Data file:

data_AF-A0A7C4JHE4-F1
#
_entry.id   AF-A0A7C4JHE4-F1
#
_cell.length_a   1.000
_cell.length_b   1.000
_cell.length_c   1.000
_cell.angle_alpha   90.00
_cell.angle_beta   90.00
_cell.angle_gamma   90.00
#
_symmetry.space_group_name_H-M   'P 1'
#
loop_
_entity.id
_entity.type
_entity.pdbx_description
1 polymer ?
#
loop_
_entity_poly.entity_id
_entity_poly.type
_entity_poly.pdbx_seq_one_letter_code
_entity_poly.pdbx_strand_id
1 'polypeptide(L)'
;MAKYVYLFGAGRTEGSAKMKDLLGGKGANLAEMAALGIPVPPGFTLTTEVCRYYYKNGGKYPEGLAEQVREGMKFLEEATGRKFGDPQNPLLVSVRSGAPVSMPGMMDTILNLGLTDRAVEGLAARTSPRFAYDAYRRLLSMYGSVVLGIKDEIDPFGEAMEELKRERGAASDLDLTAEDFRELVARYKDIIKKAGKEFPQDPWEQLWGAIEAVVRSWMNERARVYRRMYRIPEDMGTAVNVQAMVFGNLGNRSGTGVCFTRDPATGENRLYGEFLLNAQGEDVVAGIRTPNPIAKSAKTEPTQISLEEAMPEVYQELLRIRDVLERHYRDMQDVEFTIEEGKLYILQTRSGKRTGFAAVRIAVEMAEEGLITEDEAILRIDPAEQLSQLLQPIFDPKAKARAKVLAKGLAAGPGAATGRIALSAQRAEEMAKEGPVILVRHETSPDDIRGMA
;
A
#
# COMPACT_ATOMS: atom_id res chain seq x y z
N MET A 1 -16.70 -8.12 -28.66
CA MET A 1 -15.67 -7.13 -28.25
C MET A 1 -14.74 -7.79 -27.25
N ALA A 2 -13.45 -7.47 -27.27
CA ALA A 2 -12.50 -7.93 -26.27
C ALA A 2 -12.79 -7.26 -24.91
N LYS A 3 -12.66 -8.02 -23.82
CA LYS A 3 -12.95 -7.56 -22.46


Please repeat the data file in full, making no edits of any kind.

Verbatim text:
data_AF-A0A7C4JHE4-F1
#
_entry.id   AF-A0A7C4JHE4-F1
#
_cell.length_a   1.000
_cell.length_b   1.000
_cell.length_c   1.000
_cell.angle_alpha   90.00
_cell.angle_beta   90.00
_cell.angle_gamma   90.00
#
_symmetry.space_group_name_H-M   'P 1'
#
loop_
_entity.id
_entity.type
_entity.pdbx_description
1 polymer ?
#
loop_
_entity_poly.entity_id
_entity_poly.type
_entity_poly.pdbx_seq_one_letter_code
_entity_poly.pdbx_strand_id
1 'polypeptide(L)'
;MAKYVYLFGAGRTEGSAKMKDLLGGKGANLAEMAALGIPVPPGFTLTTEVCRYYYKNGGKYPEGLAEQVREGMKFLEEATGRKFGDPQNPLLVSVRSGAPVSMPGMMDTILNLGLTDRAVEGLAARTSPRFAYDAYRRLLSMYGSVVLGIKDEIDPFGEAMEELKRERGAASDLDLTAEDFRELVARYKDIIKKAGKEFPQDPWEQLWGAIEAVVRSWMNERARVYRRMYRIPEDMGTAVNVQAMVFGNLGNRSGTGVCFTRDPATGENRLYGEFLLNAQGEDVVAGIRTPNPIAKSAKTEPTQISLEEAMPEVYQELLRIRDVLERHYRDMQDVEFTIEEGKLYILQTRSGKRTGFAAVRIAVEMAEEGLITEDEAILRIDPAEQLSQLLQPIFDPKAKARAKVLAKGLAAGPGAATGRIALSAQRAEEMAKEGPVILVRHETSPDDIRGMA
;
A
#
# COMPACT_ATOMS: atom_id res chain seq x y z
N MET A 1 -16.70 -8.12 -28.66
CA MET A 1 -15.67 -7.13 -28.25
C MET A 1 -14.74 -7.79 -27.25
N ALA A 2 -13.45 -7.47 -27.27
CA ALA A 2 -12.50 -7.93 -26.27
C ALA A 2 -12.79 -7.26 -24.91
N LYS A 3 -12.66 -8.02 -23.82
CA LYS A 3 -12.95 -7.56 -22.46